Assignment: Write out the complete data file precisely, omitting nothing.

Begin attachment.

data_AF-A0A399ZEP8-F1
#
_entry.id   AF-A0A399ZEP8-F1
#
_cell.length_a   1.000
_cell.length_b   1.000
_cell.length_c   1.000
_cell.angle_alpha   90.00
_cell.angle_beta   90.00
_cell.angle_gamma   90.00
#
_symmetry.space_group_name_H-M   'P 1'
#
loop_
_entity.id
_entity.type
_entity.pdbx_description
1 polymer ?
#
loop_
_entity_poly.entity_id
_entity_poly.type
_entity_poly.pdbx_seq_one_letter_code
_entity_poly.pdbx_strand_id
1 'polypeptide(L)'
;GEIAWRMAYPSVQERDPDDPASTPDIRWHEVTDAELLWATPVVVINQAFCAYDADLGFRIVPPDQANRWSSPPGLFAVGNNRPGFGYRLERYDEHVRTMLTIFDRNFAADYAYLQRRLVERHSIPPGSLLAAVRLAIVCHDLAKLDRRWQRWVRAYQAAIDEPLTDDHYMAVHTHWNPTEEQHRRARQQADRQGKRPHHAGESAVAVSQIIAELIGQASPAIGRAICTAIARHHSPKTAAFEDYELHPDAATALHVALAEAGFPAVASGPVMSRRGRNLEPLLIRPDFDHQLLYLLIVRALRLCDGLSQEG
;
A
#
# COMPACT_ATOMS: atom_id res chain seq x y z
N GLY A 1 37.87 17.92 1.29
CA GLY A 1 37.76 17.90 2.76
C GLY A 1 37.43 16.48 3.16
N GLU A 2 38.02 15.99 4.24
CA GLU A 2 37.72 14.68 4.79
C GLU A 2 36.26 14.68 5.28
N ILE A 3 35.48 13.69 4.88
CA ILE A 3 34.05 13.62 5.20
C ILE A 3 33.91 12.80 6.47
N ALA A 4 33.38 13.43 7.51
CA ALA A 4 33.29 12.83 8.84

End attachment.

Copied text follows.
data_AF-A0A399ZEP8-F1
#
_entry.id   AF-A0A399ZEP8-F1
#
_cell.length_a   1.000
_cell.length_b   1.000
_cell.length_c   1.000
_cell.angle_alpha   90.00
_cell.angle_beta   90.00
_cell.angle_gamma   90.00
#
_symmetry.space_group_name_H-M   'P 1'
#
loop_
_entity.id
_entity.type
_entity.pdbx_description
1 polymer ?
#
loop_
_entity_poly.entity_id
_entity_poly.type
_entity_poly.pdbx_seq_one_letter_code
_entity_poly.pdbx_strand_id
1 'polypeptide(L)'
;GEIAWRMAYPSVQERDPDDPASTPDIRWHEVTDAELLWATPVVVINQAFCAYDADLGFRIVPPDQANRWSSPPGLFAVGNNRPGFGYRLERYDEHVRTMLTIFDRNFAADYAYLQRRLVERHSIPPGSLLAAVRLAIVCHDLAKLDRRWQRWVRAYQAAIDEPLTDDHYMAVHTHWNPTEEQHRRARQQADRQGKRPHHAGESAVAVSQIIAELIGQASPAIGRAICTAIARHHSPKTAAFEDYELHPDAATALHVALAEAGFPAVASGPVMSRRGRNLEPLLIRPDFDHQLLYLLIVRALRLCDGLSQEG
;
A
#
# COMPACT_ATOMS: atom_id res chain seq x y z
N GLY A 1 37.87 17.92 1.29
CA GLY A 1 37.76 17.90 2.76
C GLY A 1 37.43 16.48 3.16
N GLU A 2 38.02 15.99 4.24
CA GLU A 2 37.72 14.68 4.79
C GLU A 2 36.26 14.68 5.28
N ILE A 3 35.48 13.69 4.88
CA ILE A 3 34.05 13.62 5.20
C ILE A 3 33.91 12.80 6.47
N ALA A 4 33.38 13.43 7.51
CA ALA A 4 33.29 12.83 8.84